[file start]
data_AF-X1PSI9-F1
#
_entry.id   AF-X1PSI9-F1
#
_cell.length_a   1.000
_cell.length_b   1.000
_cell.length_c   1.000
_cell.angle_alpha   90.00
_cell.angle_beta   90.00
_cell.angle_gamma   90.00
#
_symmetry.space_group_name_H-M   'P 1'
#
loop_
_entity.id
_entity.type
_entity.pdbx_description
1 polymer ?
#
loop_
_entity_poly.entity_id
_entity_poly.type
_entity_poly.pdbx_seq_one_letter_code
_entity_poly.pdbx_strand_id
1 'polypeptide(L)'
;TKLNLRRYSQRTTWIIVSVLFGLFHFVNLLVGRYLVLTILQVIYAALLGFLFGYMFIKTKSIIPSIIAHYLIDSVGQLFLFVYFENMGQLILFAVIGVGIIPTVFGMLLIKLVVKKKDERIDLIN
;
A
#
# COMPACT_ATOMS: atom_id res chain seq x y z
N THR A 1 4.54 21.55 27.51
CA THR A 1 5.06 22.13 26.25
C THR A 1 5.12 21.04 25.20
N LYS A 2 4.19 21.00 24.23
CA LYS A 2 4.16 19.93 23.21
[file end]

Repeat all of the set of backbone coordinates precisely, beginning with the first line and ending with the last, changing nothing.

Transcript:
data_AF-X1PSI9-F1
#
_entry.id   AF-X1PSI9-F1
#
_cell.length_a   1.000
_cell.length_b   1.000
_cell.length_c   1.000
_cell.angle_alpha   90.00
_cell.angle_beta   90.00
_cell.angle_gamma   90.00
#
_symmetry.space_group_name_H-M   'P 1'
#
loop_
_entity.id
_entity.type
_entity.pdbx_description
1 polymer ?
#
loop_
_entity_poly.entity_id
_entity_poly.type
_entity_poly.pdbx_seq_one_letter_code
_entity_poly.pdbx_strand_id
1 'polypeptide(L)'
;TKLNLRRYSQRTTWIIVSVLFGLFHFVNLLVGRYLVLTILQVIYAALLGFLFGYMFIKTKSIIPSIIAHYLIDSVGQLFLFVYFENMGQLILFAVIGVGIIPTVFGMLLIKLVVKKKDERIDLIN
;
A
#
# COMPACT_ATOMS: atom_id res chain seq x y z
N THR A 1 4.54 21.55 27.51
CA THR A 1 5.06 22.13 26.25
C THR A 1 5.12 21.04 25.20
N LYS A 2 4.19 21.00 24.23
CA LYS A 2 4.16 19.93 23.21